Successfully reported this slideshow.
We use your LinkedIn profile and activity data to personalize ads and to show you more relevant ads. You can change your ad preferences anytime.

Five tips for thinking strategically as a board

649 views

Published on

Presentation slides from a webinar which took place on 28 June 2016.

Watch the webinar recording: https://youtu.be/124kUB8AZM0

Published in: Government & Nonprofit
  • Login to see the comments

  • Be the first to like this

Five tips for thinking strategically as a board

  1. 1. FIVE TIPS FOR THINKING STRATEGICALLY AS A BOARD 28 JUNE 2016 DAN FRANCIS
  2. 2. WHAT DO WE MEAN BY ‘STRATEGIC’? 2 Strategy A set of high level decisions about why your organisation exists, what it hopes to achieve in the next few years, how it wants to achieve it and how it will deal with the world around it. Strategic Plan A clear and coherent statement from the Trustees and senior managers about the organisation’s strategy over a particular period, usually 3-5 years. NCVO Tools for Tomorrow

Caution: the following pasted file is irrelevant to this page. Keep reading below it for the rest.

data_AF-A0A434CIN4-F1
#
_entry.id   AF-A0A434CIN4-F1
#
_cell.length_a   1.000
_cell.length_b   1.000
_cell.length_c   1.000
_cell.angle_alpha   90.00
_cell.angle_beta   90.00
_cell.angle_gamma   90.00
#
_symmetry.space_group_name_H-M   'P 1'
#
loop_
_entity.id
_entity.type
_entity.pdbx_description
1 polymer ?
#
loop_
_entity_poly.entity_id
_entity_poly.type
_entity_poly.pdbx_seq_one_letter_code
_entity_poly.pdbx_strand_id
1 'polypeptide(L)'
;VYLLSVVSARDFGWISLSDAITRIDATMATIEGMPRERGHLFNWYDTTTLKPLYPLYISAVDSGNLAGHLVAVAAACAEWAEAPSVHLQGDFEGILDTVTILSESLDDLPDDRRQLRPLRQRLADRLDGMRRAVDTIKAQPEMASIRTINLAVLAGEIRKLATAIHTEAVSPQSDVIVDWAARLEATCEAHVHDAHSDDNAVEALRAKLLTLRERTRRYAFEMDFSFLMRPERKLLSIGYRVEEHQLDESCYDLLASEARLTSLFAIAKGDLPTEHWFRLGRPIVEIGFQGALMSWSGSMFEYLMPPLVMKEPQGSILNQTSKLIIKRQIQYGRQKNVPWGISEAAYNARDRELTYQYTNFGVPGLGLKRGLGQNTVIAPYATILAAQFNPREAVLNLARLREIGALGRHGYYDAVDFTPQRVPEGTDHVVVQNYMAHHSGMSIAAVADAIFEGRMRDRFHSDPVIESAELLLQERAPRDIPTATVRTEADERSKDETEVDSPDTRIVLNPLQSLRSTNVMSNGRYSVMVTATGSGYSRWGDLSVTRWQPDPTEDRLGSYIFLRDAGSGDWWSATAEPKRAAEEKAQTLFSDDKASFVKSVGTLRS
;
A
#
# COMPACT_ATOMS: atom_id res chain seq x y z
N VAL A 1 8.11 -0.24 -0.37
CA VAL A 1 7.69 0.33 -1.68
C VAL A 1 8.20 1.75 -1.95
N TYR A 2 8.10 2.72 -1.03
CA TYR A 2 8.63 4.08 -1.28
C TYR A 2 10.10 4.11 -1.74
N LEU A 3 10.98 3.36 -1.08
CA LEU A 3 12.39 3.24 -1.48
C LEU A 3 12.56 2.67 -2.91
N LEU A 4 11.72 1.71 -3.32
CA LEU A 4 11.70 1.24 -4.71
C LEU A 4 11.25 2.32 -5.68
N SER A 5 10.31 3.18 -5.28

3. 3. FIVE TIPS FOR THINKING STRATEGICALLY 1. Recruit people who think differently 2. Build trust between the board 3. Create space for generative thinking 4. Use staff expertise and time wisely 5. Get advice and external perspective
  4. 4. 1. RECRUIT PEOPLE WHO THINK DIFFERENTLY 4
  5. 5. BOARD COMPOSITION Evidence suggests that boards recruit in their own image; • 97% of trustee chairs are white and seven out of ten are men • 43% women • 0.5% of the trustee population is made up of 18-24 year olds • 57 average age of trustees • Disabled and black people are “scarce” on boards • Over a quarter of charities feel that their leadership team lack sufficient diversity This is about the calibre and perspective of the individuals which make up the board as a team Image source: http://www.theguardian.com/voluntary-sector-network/2016/jan/04/charities-trustee-diversity-board
  6. 6. HOW DIVERSITY HELPS YOU BE STRATEGIC 6 • Drawing upon a range of experiences in understanding opportunities, anticipating challenges and assessing risks • Rarely does a right or wrong answer exist for strategic issues • Multiple views on outcomes result in a more thoughtful decision- making • Lived experience – how are we going to deliver for beneficiaries • A board needs to challenge itself to keep pace with the changing world - through a robust dialogue of differing views • Constructively challenging assumption and the status quo is healthy